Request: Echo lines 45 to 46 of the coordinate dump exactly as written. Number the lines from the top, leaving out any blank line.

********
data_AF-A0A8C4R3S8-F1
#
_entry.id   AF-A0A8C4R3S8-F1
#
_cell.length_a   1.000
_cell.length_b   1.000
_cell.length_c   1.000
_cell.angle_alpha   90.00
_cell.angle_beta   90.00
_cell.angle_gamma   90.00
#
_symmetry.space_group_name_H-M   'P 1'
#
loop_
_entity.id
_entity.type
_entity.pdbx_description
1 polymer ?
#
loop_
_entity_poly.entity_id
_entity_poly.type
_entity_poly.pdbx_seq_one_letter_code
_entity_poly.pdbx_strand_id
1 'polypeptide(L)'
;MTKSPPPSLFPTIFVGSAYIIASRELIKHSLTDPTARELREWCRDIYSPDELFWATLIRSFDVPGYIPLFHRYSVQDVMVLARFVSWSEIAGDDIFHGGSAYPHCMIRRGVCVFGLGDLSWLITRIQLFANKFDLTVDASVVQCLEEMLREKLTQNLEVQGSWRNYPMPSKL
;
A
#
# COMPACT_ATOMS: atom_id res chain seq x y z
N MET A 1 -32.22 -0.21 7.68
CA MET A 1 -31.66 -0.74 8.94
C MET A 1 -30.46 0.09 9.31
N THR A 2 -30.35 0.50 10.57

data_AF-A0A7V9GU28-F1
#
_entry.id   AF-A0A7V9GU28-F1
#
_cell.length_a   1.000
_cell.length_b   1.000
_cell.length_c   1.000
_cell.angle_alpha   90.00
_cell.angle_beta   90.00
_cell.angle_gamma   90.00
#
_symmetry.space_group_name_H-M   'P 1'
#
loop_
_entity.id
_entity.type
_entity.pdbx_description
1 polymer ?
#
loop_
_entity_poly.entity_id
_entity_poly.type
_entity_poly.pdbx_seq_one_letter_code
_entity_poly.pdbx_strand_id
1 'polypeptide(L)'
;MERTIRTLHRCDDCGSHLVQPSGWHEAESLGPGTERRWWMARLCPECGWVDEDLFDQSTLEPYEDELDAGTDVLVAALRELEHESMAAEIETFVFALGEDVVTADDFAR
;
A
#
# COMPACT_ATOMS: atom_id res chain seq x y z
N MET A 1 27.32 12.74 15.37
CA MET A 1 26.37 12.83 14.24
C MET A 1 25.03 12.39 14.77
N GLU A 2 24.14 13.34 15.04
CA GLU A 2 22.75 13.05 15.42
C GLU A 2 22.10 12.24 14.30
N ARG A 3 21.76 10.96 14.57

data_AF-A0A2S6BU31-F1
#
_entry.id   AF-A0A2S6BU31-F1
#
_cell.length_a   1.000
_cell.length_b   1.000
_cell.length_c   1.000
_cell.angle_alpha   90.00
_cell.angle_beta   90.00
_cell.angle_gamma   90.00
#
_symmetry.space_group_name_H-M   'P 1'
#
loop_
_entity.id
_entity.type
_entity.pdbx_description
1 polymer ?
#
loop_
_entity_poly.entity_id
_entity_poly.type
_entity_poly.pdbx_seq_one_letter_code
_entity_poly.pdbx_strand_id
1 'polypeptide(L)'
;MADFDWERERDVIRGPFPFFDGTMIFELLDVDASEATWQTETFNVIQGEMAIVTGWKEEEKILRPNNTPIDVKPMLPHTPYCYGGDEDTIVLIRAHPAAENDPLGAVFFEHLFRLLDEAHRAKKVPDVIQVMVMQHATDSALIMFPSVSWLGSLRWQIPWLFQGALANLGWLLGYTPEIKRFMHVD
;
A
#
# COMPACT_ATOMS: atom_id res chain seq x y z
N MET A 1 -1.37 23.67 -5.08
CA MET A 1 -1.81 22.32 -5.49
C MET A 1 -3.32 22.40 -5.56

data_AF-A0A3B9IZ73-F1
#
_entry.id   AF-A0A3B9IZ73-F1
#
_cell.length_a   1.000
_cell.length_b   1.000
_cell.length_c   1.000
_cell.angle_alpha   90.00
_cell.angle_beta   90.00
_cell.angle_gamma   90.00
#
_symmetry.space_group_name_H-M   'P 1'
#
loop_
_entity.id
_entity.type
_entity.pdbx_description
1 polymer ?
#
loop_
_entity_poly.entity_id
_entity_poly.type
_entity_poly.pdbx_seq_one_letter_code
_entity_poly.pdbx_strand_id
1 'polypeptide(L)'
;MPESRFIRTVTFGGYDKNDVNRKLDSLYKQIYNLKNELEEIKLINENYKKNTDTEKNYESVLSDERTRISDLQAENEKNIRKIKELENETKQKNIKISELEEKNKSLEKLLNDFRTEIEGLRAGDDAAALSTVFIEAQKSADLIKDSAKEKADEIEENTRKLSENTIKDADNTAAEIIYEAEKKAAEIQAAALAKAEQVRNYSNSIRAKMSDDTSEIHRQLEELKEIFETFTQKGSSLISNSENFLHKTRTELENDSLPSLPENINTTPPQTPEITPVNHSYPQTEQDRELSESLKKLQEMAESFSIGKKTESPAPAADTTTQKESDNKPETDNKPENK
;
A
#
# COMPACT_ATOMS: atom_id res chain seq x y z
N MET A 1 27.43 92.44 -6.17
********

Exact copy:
#
_symmetry.space_group_name_H-M   'P 1'